Monday, November 16, 2009

November 2009 Newsletter: 3 months

Dear Morgan,


This month I think I should start by telling you how desperately I wanted to have you. My entire life I've been told that I may never be able to have children and that thought was absolutely heartbreaking. I was so excited when I found out I was pregnant, but I wasn't entirely sure this body of mine would be strong enough to provide for you. Sometimes I look at you and still can't believe you're actually here. When you're old enough to read and understand the things I've written, I want you to know how loved you are and what a miracle it is that we have you.

Before you were born I used to lay awake at night trying to imagine what you would look like. Would you have my eyes? Would you have your dad's nose? When you were finally born you were nothing like I imagined--you were so much more! Before seeing you, it was impossible for my mind to conceive the idea that anyone could be SO BEAUTIFUL! My entire life I've heard parents say that they have the cutest kids in the world.  There were times that I wasn't sure whether or not they honestly believed it or if they felt somehow obligated to say it. Now that I'm a parent myself I realize that anytime a parent has ever uttered those words they were said with the purest honesty. Morgan, I sincerely believe that you are the most beautiful person I have ever seen.


In the past month I haven't felt very well (more about this later) and twice you've also come down with a runny nose and an upset tummy. Most sick babies are absolutely miserable to be around and let's face it, you get a bit more fussy and clingy than usual but you're still an angel. You don't understand what's making you feel so yucky, but between your cries of discomfort you're smiling and laughing like, I'm so happy and cute but WHAT IS THAT TERRIBLE FEELING??? I don't mind when you're clingy because cuddling with you has quickly moved to the top of my list of favorite things to do. Right along with smelling the top of your head and nibbling on your chubby cheeks...or pretty much any other part of your body I can get in my mouth. Your little fat rolls are just-oh-so-enticing and sometimes it's very hard to stop myself from gobbling you right up. But I haven't given in and eaten you quite yet. I mean, how awkward would it be when your daddy asked where the baby was to have to admit "I ate her".


You are changing and growing so quickly, it's unbelievable! It seems like you are learning something new every single day. Those near giggles have turned into full belly laughs. Those hands that used to stay balled into fists near your face or stuffed in your mouth are now open and exploring everything they touch. You coo more and more every day and you're really finding your voice. Your daddy and I love to sit and listen to your "stories". But in finding that voice of yours, you've also learned that you can screech. Can we please talk about the screeching? When is that going to stop? It's not quite a squeal of delight nor is it a cry of discomfort, it's just a loud high-pitched scream. The first few times I heard this noise I came rushing to your side to be sure everything was okay. You quickly learned that it grabs my attention and now it's become a game for you. As I leave the room you screech and just wait for me to come back, then you wave your arms and smile when you see me. Since I know this is what you're doing, that you're not really sad or uncomfortable, I could easily just go about my business but the look of pure ecstasy on your face each time I come back to you is more than I can resist.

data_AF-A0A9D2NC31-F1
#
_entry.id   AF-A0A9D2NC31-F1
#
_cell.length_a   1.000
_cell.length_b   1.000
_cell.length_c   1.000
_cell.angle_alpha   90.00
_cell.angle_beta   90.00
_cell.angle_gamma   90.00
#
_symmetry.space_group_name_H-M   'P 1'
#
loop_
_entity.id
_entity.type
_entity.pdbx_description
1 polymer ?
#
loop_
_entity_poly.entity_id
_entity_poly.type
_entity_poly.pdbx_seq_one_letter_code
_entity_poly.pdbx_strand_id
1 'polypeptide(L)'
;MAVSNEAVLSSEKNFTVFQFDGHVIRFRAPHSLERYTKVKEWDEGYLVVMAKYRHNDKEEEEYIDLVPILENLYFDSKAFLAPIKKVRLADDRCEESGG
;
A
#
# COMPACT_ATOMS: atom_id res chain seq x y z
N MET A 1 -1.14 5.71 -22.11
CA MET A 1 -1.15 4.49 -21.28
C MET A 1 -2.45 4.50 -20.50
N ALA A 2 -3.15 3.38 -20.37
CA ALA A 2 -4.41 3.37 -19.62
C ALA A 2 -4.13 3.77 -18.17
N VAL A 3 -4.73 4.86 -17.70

These past few days have been the hardest days of my life--physically and emotionally. I've been very sick and have had to stay in the hospital far away from you and daddy. My heart aches for you, Morgan. I can't make it through a single minute of my day without missing you--pining for you. I'm no longer whole without you. Your plump little toes, your delicate fingers, your beautiful blue eyes... There isn't a single thing about you that I don't miss. Grandma is taking care of you while I'm away and more than once I've called her in tears. During those phone calls I can hear you crying or cooing in the background and it eases my soul just a little. Then I imagine you laying on your blanket screeching, waiting for me to come back to you...

Morgan, sometimes it may take longer than others, but I will ALWAYS come back to you.

Love,
Mama

Thursday, November 5, 2009

Thinking...

Adam is TOTALLY going to be that dad who sits in the living room cleaning his guns anytime one of his girls has a date.